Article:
But to be fair to each region, they're quite nice to look at. You've got crumbled ruins towering into the sky, with lovely Middle Eastern-inspired architecture giving a city or two a nice atmosphere. And there's a great sense of scale as you glide across dunes and run straight into some colossal crab carved from stone. There's only one underground area which feels out of place, purposefully robbing you of the freedom to bound about and soak in the expanse. Presumably it was intended as a change of pace, but it upset the smile-and-forgive relationship I'd built with Atlas Fallen's flaws, and almost pushed me into a misery pit I thought I wouldn't climb out of. Prepare to steel yourself for that from time to time.

Two warriors fight a sandy worm monster in Atlas Fallen.
You can play the entire game with a co-op pal if you'd like. I didn't get a chance to try it out, but everything's better with friends, right? | Image credit: Focus Entertainment

Where Atlas Fallen pours a lot of its resources is in making combat a weighty affair, with interesting combos and a fair amount of customisation. Fights consist of ground and aerial combos, with two weapons mapped to your button presses (don't even think about playing with keyboard and mouse). Out of three total weapons - an axe, a whip sword, big fists - I opted for the fists and whip, as it let me dish out damage up close and unleash some long range tickles when needed. Combos are a genuine delight, with fluid animations and a real sense of heft as you clatter your attacks into dusty crustaceans and/or snarling mammals.

What's neat about fights is the momentum meter, a blue bar that builds as you hurt baddies. As it fleshes out, you'll not only deal more damage, but your weapons become flashier and dish out more elaborate combos. To fell some of the beefiest baddies you'll need to target several body parts, each complete with their own health bars. If you build up the momentum meter enough, you can actually initiate a Shatter attack that'll destroy a body part in one massive go - but you'll reset your momentum back to zero. So, some of the toughest fights become an interesting juggle as to whether you spend your momentum to guarantee a chopped limb, or to save it and dish out more hurt, more consistently.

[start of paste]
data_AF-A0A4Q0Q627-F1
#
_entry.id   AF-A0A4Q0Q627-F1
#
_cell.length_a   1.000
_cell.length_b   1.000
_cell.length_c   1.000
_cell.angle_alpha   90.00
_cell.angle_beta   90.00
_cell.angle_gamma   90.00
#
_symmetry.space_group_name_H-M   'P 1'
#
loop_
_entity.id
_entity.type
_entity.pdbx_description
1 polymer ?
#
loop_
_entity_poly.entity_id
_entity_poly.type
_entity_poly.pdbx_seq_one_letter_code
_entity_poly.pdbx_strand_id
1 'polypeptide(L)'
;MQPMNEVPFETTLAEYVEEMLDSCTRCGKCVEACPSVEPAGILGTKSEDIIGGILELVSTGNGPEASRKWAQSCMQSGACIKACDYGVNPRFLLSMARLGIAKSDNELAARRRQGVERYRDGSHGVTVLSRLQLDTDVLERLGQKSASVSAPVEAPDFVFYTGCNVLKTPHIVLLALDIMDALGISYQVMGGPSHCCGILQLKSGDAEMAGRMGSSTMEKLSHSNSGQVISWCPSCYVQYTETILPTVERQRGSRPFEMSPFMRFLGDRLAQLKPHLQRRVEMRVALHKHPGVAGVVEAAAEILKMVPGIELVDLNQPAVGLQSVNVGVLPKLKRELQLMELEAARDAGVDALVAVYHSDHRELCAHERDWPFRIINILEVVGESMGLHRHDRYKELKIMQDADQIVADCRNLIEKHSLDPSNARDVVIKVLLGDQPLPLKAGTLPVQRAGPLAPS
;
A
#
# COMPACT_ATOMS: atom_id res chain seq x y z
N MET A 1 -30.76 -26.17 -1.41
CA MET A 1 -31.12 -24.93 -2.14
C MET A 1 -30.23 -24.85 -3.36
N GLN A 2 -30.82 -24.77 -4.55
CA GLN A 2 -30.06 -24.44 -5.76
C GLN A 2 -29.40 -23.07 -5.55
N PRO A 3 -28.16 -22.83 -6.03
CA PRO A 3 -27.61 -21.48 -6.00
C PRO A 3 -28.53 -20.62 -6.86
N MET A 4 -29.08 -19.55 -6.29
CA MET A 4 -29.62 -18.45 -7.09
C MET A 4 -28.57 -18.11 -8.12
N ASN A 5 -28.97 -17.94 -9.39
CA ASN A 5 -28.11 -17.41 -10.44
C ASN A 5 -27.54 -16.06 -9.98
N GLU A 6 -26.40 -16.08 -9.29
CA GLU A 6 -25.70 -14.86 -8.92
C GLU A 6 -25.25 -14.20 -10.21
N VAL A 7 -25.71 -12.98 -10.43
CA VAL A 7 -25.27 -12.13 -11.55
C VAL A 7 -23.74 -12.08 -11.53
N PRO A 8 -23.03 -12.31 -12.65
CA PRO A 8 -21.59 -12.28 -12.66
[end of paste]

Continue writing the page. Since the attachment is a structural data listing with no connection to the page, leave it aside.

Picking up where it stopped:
I genuinely think the momentum bar is a brilliant way to add motivation to prolonged fights, creating a power fantasy waiting to be fulfilled as you survive the sandy hordes. Plus, the fun doesn't stop there. The bar is split into three sections: tier one, two, and three. Each segment can be outfitted with the equivalent of perks that'll automatically activate as you build up enough momentum juice in fights. The first tier might hold basic damage upgrades or dash attacks, but reach the higher tiers and you'll be able to summon crackling tornados or generate chunks of momentum off successful parries. And it's not for show either, as I found myself seeking out materials to buy cool ones or swapping them out between tough fights. I repeat: the momentum system is great!